by: Kristen Chinery, Reference Archivist
Envisioned and designed to build a “new type of inner city habitation,” Mayor Jerome P. Cavanagh released the final report for the Gratiot Redevelopment Project in 1964. Detroit was the first city in the United States to implement residential redevelopment under the Federal Housing Act of 1949. The legislation, part of Harry S. Truman’s domestic program known as the Fair Deal, greatly expanded the federal government’s role in public housing. It created specific plans for slum clearance and began a series of projects that would drastically change the lives of Detroit’s Black residents.
The Gratiot Redevelopment Project cleared 129 acres, most notably, the Black Bottom and Paradise Valley areas, which displaced Black families and businesses. The demolition of entire neighborhoods to make way for an interconnected freeway system, a cornerstone of the city’s urban renewal program, perpetuated decades of racially motivated housing policies that led to an even greater confinement of Black Detroiters to certain areas of the city. Systemic discrimination at every level created a disadvantaged class of Detroit residents who were at risk during, and rarely benefited from, these urban renewal initiatives.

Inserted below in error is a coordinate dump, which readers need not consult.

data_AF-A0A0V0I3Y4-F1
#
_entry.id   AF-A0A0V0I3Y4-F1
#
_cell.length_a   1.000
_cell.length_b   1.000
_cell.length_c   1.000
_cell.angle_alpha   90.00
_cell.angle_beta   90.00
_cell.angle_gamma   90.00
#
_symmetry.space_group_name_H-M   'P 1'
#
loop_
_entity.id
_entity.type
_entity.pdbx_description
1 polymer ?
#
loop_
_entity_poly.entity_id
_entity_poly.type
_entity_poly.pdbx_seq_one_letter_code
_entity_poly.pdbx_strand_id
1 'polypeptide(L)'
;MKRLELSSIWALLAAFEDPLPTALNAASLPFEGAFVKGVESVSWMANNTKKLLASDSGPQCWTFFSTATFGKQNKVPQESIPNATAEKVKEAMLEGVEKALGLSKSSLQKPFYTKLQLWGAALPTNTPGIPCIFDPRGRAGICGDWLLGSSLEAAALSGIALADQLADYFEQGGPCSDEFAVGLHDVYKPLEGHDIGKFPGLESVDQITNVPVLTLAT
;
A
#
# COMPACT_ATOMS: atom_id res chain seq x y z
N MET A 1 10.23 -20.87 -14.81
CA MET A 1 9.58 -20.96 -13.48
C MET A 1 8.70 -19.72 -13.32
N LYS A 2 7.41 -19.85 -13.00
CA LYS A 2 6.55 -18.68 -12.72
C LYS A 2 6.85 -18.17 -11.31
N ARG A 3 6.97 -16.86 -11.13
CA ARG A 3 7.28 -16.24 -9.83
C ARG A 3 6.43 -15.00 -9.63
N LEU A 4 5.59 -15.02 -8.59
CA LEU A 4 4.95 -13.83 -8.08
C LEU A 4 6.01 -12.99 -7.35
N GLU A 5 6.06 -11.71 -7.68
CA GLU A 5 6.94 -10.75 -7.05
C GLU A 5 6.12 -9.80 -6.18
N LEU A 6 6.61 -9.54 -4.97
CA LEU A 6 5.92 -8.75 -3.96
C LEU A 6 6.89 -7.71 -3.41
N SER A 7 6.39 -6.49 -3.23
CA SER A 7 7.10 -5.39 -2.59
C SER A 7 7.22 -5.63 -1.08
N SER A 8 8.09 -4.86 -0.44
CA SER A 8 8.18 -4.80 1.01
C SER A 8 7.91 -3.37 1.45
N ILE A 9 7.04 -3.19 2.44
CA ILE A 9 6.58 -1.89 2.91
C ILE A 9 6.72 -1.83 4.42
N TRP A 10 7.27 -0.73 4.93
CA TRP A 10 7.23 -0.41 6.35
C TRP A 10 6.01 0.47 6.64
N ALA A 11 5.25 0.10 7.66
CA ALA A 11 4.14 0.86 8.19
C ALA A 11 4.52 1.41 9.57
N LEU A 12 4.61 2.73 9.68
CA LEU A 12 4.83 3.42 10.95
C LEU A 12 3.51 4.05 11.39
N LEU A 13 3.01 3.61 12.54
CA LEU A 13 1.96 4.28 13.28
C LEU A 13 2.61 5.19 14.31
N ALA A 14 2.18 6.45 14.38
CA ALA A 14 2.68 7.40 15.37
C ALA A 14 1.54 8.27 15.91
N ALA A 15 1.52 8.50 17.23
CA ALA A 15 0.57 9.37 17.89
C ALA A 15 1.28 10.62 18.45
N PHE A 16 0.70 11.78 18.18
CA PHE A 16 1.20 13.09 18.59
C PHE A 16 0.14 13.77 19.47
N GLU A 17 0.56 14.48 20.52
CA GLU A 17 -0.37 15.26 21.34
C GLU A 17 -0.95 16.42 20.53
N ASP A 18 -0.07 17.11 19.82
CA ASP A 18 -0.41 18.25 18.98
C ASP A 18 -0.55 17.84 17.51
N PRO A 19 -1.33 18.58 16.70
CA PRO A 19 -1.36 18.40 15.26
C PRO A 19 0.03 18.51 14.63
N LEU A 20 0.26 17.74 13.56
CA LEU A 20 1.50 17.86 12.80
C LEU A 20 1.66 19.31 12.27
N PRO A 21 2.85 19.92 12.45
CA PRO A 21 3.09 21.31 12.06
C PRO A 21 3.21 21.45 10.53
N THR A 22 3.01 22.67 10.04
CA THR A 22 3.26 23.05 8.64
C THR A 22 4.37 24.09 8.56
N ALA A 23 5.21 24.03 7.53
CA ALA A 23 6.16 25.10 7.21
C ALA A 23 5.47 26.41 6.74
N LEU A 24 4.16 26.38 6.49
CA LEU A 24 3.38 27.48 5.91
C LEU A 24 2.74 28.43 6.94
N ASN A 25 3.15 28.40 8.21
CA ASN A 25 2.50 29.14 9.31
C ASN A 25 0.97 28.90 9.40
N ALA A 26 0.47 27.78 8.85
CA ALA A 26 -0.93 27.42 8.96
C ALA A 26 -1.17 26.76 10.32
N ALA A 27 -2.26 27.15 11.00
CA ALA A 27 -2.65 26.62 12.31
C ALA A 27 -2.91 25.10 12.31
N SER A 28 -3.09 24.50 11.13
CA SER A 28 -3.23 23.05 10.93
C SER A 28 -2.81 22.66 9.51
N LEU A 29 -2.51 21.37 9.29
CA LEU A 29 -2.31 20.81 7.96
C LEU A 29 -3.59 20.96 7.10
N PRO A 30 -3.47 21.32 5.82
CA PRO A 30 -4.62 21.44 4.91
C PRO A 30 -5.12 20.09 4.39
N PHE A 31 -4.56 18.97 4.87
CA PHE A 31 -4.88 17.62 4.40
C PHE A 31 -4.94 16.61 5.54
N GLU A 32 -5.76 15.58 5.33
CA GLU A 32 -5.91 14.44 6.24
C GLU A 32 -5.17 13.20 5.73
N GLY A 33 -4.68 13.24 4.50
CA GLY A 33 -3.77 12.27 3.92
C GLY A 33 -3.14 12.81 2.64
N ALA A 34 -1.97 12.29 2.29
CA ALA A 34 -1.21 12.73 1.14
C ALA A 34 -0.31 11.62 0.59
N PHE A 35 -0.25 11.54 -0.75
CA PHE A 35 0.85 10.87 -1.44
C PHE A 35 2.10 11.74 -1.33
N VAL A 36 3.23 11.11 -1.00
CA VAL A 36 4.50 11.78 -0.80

Brochure caption: Chateaufort Place Cooperatives, a group of 60 attached dwellings in 16 single-level buildings, was originally to be named Orleans Townhouses Cooperatives. The townhouses offered “the pleasures of a private home with the conveniences and financial advantages of cooperative living.” The majority of residents displaced by Chateaufort’s construction could not afford to move into the cooperative. Situated near the Mies van der Rohe-designed Lafayette Park, as indicated on the brochure’s map, Chateaufort Place was built in 1963 and still houses Detroit residents today. c. 1962. Courtesy of Walter P. Reuther Library, Archives of Labor and Urban Affairs, Wayne State University.